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In an exclusive interview with Bold Business, James Copland, Director of Legal Policy, Manhattan Institute, says that the key to legal reform in the United States is to scale back the federal regulatory state and give power back to Congress and the people. He states that a bold idea to tackle this regulatory overreach is to “return law-making to the Congress.”

Copland claims that Congress today, “writes broad, open-ended statutes” and they “delegate most of that rule-making to the Executive Branch.” However, experts warn that Congress has delegated too much authority. And most of that power doesn’t really reside with the President, instead it ends up being held in the halls of the hundreds of federal agencies where long-term employees actually shape and enforce the law.

Congress holds the power to make and approve laws, to declare war, regulate commerce, establish the rules of immigration. But in many cases they cede this power to the administrative and regulatory agencies, giving them broad authority to actually make the rules and execute those rules. Of course, these agencies are loosely accountable to the President, but they are in no way accountable to the people.

If we can rein that in, then we can return some of the power to Congress and in effect to the people.

It is important to remember that the executive branch agencies could not have seized this power on their own. Congress gave it to them by failing to right laws that were detailed and specific. The good news is that this is actually fairly easy to remedy. Congress simply needs to follow the Constitution and create laws that are complete, enforceable, and understandable. When they do that, they can insist that agencies follow the law as written.

However, Congress is extremely unpopular. Today, most of the real decisions are made within the White House, in the administrative state and by regulatory bodies.

Obama used an unprecedented number of executive orders to change laws, from healthcare to immigration, taxes to welfare, and even invoked public safety orders to give police and government agencies the upper hand over ordinary citizens when there is conflict.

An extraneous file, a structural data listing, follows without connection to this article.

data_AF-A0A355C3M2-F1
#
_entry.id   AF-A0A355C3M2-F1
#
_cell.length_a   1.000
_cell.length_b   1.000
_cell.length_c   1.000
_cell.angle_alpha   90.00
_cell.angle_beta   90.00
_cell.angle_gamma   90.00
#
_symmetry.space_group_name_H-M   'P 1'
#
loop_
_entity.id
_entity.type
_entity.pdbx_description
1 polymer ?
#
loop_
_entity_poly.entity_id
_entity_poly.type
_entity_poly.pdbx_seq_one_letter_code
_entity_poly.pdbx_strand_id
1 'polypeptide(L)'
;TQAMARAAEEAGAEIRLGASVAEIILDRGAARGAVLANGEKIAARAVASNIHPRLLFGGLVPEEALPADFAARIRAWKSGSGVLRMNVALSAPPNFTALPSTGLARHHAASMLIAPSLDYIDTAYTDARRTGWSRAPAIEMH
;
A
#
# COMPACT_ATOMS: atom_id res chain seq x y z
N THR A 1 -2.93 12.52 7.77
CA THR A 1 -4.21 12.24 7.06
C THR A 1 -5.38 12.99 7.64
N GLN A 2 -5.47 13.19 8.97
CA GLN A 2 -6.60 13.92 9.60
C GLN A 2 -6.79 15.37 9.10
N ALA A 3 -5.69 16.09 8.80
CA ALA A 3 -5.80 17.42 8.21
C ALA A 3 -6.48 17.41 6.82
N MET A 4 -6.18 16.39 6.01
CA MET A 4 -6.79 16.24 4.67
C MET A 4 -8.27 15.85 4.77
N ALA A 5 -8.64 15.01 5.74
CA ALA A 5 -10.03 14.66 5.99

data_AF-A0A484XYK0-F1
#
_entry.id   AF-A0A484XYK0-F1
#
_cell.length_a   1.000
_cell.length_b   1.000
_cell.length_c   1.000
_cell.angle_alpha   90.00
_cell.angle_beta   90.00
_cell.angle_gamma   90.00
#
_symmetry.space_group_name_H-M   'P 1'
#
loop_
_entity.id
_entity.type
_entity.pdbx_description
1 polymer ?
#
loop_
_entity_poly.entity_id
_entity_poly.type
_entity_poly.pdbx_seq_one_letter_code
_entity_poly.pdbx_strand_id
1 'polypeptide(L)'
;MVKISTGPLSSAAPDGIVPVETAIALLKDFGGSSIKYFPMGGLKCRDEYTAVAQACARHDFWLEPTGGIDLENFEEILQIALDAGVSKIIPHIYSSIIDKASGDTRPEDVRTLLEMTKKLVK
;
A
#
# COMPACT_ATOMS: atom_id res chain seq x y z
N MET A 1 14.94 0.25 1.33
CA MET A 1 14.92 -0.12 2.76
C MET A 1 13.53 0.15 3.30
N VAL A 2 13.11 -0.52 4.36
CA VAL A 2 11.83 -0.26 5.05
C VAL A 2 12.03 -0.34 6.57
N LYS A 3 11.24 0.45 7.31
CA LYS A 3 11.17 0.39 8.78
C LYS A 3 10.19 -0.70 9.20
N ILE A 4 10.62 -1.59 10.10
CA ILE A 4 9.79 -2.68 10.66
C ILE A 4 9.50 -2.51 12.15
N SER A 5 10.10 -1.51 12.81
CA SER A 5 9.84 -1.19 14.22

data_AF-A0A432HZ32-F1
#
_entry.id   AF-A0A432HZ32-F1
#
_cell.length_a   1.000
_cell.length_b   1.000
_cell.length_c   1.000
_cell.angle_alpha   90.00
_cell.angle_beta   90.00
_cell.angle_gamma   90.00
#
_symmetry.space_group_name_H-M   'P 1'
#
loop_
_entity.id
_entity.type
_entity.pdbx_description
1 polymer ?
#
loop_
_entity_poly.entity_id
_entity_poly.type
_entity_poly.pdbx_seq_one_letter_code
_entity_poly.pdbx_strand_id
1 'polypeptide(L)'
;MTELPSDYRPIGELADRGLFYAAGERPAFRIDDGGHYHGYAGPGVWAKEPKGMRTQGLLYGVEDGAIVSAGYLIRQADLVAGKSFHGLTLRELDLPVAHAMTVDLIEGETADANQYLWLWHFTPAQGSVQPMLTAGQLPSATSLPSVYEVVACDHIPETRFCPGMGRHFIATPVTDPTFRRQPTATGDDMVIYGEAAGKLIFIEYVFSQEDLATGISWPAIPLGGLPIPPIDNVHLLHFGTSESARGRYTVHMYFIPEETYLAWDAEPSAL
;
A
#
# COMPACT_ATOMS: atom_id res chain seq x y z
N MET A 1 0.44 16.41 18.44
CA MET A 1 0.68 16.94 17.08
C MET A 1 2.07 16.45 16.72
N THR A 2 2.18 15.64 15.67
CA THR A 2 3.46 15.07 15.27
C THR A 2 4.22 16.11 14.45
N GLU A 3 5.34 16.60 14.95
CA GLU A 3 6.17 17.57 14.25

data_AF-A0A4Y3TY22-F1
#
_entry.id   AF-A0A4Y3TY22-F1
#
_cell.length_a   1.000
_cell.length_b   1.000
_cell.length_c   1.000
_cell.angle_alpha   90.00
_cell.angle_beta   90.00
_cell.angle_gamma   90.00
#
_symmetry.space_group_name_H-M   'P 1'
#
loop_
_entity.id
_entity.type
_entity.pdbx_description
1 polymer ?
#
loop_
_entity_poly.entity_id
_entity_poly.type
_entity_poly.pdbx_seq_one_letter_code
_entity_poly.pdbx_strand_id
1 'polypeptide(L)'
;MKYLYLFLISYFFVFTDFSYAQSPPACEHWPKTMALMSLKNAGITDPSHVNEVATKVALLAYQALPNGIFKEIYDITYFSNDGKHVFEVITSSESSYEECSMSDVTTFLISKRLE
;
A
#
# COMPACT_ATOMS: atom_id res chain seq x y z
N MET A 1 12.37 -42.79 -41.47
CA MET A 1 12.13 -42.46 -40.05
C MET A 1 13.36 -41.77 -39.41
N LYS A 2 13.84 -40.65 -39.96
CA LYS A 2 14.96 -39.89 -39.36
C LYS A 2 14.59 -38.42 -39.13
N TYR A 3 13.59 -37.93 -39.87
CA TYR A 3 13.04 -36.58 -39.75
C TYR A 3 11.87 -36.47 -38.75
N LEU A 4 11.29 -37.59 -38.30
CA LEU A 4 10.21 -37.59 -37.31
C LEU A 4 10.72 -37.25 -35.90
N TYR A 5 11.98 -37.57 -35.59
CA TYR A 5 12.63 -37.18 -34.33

Congress is the Root of the Problem

According to The Week, the problems facing the legal system in America are structural, and the root stems from Congress. Congress is supposed to step in if the President steps beyond his prescribed role, but Congress has almost abandoned this task. Instead they criticize from the choir, rather than exerting the power that they do have under the Constitution. It almost seems as if Congress benefits from letting agencies and the President take the blame for actions which must be done, rather than setting the guidelines and parameters from the beginning.

State of the Union in 2005

“The administrative actions that congress has been delegating to the executive branch fundamentally reshape the way our government works. If we can rein that in, then we can return some of the power to Congress and in effect to the people, and if we can get the judges to do common sense reviews of these regulatory actions then we’ll be making real progress by scaling back the federal regulatory state,” Copland said.

Congress previously passed the REINS Act which allowed them to take back some of the power from the executive branch. REINS has been hailed successful because it gives the people’s representatives a final say over how the laws they pass are executed. However, the act only concerns economically significant federal regulation of over 100 million USD.

It may well take many bold actions by Congress to restore the balance of power.

James Copland is a Senior Fellow and a Director of Legal Policy at the Manhattan Institute. He was named to the National Association of Corporate Directors “Directorship 100” list, which designates the individuals most influential over U.S. corporate governance. Before joining the Manhattan Institute, Copland was a Law Clerk for Ralph K. Winter on the U.S. Court of Appeals for the Second Circuit and a Management Consultant with McKinsey and Company in New York.


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